U.S. Supreme Court
McMaster v. Gould, 276 U.S. 284 (1928)
McMaster v. Gould
Argued October 28, 1927
Decided March 5, 1928
276 U.S. 284
CERTIORARI TO THE SUPREME COURT OF NEW YORK
By the law of New York (Civ.Pr.Act. § 588), appeals from judgments of the Supreme Court, Appellate Division, which finally determine actions or special proceedings may be taken to the Court of Appeals as of right in certain cases, and in others may be allowed upon application, by the Appellate Division or, in case of refusal, by the Court of Appeals; but if an appeal which is not of right be taken without such leave, it must be dismissed. Petitioners, having been refused leave by the Appellate Division, sued out an appeal which was dismissed by the Court of Appeals without opinion.
Held, that the dismissal must be taken as a holding that the case was not appealable of right, and that, since the petitioners had omitted to apply for leave to the Court of Appeals, the judgment of the Appellate Division was not that of the highest court of the state in which a decision could be had, and the writ of certiorari must therefore be dismissed. P. 276 U. S. 286.
Certiorari, 273 U.S. 677, to the Supreme Court of New York, Appellate Division, 215 App.Div. 871, to review a judgment affirming a refusal to make an order of substitution.
MR. JUSTICE SANFORD delivered the opinion of the Court.
This record presents a preliminary question as to our jurisdiction under the writ of certiorari.
The petitioners brought an action in equity in the Supreme Court of New York against George J. Gould and others for an accounting of syndicate funds. Gould having died before the trial, the petitioners, proceeding under a rule to show cause, moved for an order substituting the respondents, the executors of his estate, as parties defendant, and reviving the action as against them. The court denied this motion and dismissed the rule to show cause, and this was affirmed by the Appellate Division without opinion. 215 App.Div. 811. The petitioners moved the Appellate Division "for leave to appeal to the Court of Appeals." This was denied. The petitioners then took an appeal without leave. This was dismissed by the Court of Appeals, without opinion. 242 N.Y. 604.
The petitioners contend that, although the judgment of the Appellate Division does not finally and completely dispose of the entire action, it is nevertheless a "final judgment" which may be reviewed under § 237b of the Judicial Code, as it is a "final" and complete judgment in an ancillary and "independent proceeding" to revive the action against the respondents. The respondents contend that, even if this be so, it is not, under that section, chanroblesvirtualawlibrary
the judgment of the highest court of the state in which a decision could be had, since the petitioners did not apply to the Court of Appeals for leave to appeal.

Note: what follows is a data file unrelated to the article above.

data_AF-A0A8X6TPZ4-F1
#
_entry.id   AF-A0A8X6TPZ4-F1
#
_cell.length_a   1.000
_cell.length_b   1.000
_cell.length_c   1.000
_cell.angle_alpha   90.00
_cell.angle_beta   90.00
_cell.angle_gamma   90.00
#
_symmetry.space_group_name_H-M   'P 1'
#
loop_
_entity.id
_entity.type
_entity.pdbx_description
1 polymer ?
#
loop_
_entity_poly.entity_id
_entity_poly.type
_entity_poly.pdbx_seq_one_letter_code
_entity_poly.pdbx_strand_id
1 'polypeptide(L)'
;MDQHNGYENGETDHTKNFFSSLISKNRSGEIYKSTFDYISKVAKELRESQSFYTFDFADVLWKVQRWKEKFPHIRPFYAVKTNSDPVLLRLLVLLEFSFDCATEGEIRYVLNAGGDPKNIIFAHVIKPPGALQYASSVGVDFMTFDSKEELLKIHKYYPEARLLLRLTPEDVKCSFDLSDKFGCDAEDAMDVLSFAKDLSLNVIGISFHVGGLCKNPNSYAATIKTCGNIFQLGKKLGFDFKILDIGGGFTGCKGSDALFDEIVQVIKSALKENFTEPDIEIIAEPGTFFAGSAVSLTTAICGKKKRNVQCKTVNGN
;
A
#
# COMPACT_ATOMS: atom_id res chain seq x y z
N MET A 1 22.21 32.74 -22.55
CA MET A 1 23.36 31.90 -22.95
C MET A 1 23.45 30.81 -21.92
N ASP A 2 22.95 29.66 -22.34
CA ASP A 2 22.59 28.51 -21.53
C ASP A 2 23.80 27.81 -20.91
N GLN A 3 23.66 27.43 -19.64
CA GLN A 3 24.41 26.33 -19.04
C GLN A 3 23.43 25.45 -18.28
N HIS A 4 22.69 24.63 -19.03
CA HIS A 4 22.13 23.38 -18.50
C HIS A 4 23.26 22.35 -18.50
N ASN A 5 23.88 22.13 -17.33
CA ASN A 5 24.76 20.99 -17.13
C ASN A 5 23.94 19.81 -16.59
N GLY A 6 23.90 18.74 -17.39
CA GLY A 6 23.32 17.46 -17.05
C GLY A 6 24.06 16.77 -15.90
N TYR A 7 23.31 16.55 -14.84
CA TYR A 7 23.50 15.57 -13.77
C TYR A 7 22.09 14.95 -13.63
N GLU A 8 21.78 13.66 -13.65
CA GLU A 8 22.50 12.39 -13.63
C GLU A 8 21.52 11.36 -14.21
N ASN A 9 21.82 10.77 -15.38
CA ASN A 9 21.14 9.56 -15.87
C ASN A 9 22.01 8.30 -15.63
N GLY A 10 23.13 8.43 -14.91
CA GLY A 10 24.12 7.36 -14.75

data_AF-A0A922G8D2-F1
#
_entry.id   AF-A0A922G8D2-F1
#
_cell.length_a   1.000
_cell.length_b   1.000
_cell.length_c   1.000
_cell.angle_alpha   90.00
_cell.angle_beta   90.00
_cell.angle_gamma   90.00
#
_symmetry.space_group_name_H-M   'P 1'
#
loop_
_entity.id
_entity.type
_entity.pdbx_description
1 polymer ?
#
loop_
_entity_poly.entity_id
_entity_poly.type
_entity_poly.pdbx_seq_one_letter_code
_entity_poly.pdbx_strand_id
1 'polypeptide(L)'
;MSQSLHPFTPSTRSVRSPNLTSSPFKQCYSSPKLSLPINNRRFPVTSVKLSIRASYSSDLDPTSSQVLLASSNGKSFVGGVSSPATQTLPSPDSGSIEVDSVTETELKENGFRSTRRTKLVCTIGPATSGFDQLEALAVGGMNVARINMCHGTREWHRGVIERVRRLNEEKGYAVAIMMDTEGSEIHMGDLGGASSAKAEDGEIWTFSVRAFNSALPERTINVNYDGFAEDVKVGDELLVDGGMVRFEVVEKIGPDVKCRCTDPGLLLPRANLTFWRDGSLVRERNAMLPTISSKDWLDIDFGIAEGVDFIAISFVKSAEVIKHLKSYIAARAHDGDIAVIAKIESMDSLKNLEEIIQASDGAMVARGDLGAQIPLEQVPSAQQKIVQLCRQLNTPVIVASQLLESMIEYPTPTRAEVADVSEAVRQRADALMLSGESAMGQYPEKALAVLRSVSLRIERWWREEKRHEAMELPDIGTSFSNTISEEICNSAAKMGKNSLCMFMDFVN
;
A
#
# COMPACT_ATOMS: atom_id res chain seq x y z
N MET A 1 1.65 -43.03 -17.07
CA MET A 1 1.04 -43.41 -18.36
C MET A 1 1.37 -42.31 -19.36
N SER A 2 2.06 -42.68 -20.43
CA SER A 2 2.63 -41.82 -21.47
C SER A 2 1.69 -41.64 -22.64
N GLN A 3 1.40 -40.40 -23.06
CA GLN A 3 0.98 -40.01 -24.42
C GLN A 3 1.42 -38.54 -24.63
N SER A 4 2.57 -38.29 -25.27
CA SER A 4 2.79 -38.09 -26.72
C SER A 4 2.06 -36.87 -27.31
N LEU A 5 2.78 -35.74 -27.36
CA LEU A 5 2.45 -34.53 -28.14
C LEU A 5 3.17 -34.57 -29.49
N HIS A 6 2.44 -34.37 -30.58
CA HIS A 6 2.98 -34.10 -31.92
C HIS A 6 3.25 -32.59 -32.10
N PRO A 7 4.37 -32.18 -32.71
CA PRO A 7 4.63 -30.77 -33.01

Section 588 of the New York Code of Civil Practice authorizes the taking of an appeal to the Court of Appeals from a judgment or order of the Appellate Division "which finally determines an action or special proceeding." Subdivision 1 provides that such an appeal may be taken "as of right" in certain classes of cases. Subdivision 4 * provides that, where such an appeal does not lie as of right under Subdivision 1, it may be taken where the Appellate Division certifies that in its opinion a question of law is involved which ought to be reviewed, or where, in case of the refusal so to certify, an appeal is allowed by the Court of Appeals. To obtain such a discretionary appeal, application may be made to the Appellate Division for leave to appeal, and in case of refusal, to the Court of Appeals. See § 591; Sultzbach v. Sultzbach, 238 N.Y. 353, 355. And when an appeal which is not a matter of right is taken without leave, it must be dismissed. People v. Trimarchi, 231 N.Y. 263, 268, 131 N.E. 910; Pillsbury Flour Mills Co. v. Nicotera, 234 N.Y. 534; Matter of Schmidt, 236 N.Y. 645, 646; Donovan v. Cunard Steamship Co., 236 N.Y. 651; Johnson v. Whaley, 239 N.Y. 570, 571.
Assuming the correctness of the petitioners' contention that the judgment of the Appellate Division is a "final" determination of an independent proceeding to revive the action against the respondents, the dismissal by the Court of Appeals of the appeal sued out without leave must be taken, nothing else appearing, as a holding by that court that the case was not one in which an appeal lay as a matter of right. And, since the petitioners, when the Appellate Division refused them leave to appeal, did not make an application to the Court of Appeals for such chanroblesvirtualawlibrary
leave, the judgment is not that of the highest court of the state in which a decision could be had. See Newman v. Gates, 204 U. S. 89, 204 U. S. 95. In any respect, we are without authority to review the judgment, and the writ is
Dismissed for want of jurisdiction.
MR. JUSTICE STONE did not sit in this case.
* Changed to Subdivision 5 by Laws 1926, c. 725.